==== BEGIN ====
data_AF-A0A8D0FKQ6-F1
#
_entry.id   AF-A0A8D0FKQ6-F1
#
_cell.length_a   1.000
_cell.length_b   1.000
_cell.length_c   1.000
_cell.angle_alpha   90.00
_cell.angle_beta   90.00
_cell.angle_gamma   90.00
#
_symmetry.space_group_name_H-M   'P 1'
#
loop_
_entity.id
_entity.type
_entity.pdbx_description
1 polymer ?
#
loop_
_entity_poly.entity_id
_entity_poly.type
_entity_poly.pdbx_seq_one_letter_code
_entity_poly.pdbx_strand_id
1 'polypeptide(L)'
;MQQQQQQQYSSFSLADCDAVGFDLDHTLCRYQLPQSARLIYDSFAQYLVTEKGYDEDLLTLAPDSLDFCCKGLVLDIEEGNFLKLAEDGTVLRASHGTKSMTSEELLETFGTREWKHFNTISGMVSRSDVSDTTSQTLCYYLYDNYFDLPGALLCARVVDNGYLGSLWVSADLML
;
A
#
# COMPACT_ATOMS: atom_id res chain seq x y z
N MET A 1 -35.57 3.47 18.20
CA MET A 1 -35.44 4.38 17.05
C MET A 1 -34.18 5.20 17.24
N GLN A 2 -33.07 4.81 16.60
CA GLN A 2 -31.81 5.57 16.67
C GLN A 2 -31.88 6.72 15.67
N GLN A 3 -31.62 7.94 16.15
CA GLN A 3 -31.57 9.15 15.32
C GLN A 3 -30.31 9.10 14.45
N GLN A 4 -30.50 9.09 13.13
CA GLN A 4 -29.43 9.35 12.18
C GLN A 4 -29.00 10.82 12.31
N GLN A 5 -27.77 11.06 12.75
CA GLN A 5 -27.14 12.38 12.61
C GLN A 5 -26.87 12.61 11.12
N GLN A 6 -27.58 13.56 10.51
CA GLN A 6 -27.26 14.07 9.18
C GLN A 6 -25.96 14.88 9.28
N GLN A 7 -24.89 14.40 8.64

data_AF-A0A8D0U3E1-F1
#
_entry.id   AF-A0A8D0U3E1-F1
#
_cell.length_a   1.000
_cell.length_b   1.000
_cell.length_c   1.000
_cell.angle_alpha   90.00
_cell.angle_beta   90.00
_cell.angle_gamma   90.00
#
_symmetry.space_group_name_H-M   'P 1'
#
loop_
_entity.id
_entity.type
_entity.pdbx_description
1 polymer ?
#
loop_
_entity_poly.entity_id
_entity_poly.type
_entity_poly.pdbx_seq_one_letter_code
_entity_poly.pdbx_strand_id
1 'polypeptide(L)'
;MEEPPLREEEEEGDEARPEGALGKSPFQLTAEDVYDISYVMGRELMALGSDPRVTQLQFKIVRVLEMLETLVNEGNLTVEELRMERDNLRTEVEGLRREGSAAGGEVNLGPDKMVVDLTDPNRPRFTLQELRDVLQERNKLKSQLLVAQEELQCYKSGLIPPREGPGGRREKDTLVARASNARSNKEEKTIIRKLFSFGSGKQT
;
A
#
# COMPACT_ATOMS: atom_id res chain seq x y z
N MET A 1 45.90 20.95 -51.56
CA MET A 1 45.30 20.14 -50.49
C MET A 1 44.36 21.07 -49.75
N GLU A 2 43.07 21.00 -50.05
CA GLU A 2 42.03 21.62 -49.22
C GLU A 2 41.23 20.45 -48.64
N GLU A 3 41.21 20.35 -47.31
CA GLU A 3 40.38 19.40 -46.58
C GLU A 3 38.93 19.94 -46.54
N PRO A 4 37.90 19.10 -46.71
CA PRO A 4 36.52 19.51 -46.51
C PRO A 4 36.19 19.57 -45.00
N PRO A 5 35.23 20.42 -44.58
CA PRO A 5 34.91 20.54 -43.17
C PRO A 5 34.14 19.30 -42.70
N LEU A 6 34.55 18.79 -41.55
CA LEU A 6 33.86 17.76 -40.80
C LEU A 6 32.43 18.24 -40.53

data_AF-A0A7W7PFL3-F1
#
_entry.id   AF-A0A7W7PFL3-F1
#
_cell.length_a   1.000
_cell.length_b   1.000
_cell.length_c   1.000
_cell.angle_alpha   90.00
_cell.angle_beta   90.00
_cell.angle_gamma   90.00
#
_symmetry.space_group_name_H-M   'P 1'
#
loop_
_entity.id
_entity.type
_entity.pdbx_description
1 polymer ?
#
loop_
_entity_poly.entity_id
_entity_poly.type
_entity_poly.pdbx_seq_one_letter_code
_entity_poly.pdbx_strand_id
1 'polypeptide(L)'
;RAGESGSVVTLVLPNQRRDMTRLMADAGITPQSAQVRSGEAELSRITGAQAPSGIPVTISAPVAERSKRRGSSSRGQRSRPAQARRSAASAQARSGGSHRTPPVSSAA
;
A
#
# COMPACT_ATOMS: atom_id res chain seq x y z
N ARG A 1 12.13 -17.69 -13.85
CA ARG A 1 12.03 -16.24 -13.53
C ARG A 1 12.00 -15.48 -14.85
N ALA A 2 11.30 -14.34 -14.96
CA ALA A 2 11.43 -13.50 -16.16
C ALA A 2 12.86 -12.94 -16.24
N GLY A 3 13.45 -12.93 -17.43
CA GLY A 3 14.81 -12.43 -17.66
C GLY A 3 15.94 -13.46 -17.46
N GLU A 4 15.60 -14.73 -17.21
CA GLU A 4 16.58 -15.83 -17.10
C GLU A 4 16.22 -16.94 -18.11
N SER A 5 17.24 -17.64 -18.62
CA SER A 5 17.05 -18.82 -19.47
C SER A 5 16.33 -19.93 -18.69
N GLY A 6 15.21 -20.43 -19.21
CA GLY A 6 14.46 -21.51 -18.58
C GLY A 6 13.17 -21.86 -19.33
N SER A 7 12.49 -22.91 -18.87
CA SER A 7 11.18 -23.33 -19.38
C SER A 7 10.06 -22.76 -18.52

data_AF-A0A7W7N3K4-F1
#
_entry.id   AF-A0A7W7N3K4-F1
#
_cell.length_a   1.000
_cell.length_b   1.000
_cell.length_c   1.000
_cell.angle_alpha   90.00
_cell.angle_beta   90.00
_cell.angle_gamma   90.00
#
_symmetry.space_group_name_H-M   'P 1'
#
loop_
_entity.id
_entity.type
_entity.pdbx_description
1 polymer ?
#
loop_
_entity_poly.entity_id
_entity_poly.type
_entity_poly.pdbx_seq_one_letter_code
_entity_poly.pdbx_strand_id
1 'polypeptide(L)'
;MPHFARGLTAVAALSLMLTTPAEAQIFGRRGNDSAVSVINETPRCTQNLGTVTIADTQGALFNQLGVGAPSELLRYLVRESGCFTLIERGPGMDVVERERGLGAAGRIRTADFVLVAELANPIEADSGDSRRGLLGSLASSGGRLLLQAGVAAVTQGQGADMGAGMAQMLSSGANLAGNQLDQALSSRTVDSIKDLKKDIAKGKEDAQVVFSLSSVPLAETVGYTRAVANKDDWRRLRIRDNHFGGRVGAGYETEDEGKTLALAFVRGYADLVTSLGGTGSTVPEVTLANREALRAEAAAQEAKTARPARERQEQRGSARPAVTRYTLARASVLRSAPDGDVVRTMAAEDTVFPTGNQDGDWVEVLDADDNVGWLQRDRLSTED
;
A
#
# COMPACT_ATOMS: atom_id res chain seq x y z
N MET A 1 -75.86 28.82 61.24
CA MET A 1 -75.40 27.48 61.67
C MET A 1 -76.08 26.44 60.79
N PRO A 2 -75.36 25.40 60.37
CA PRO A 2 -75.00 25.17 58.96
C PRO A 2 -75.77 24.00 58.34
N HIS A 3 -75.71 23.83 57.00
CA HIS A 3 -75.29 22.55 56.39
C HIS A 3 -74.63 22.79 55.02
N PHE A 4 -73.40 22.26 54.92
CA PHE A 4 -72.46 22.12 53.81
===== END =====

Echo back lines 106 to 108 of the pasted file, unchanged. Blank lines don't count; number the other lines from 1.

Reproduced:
_cell.angle_beta   90.00
_cell.angle_gamma   90.00
#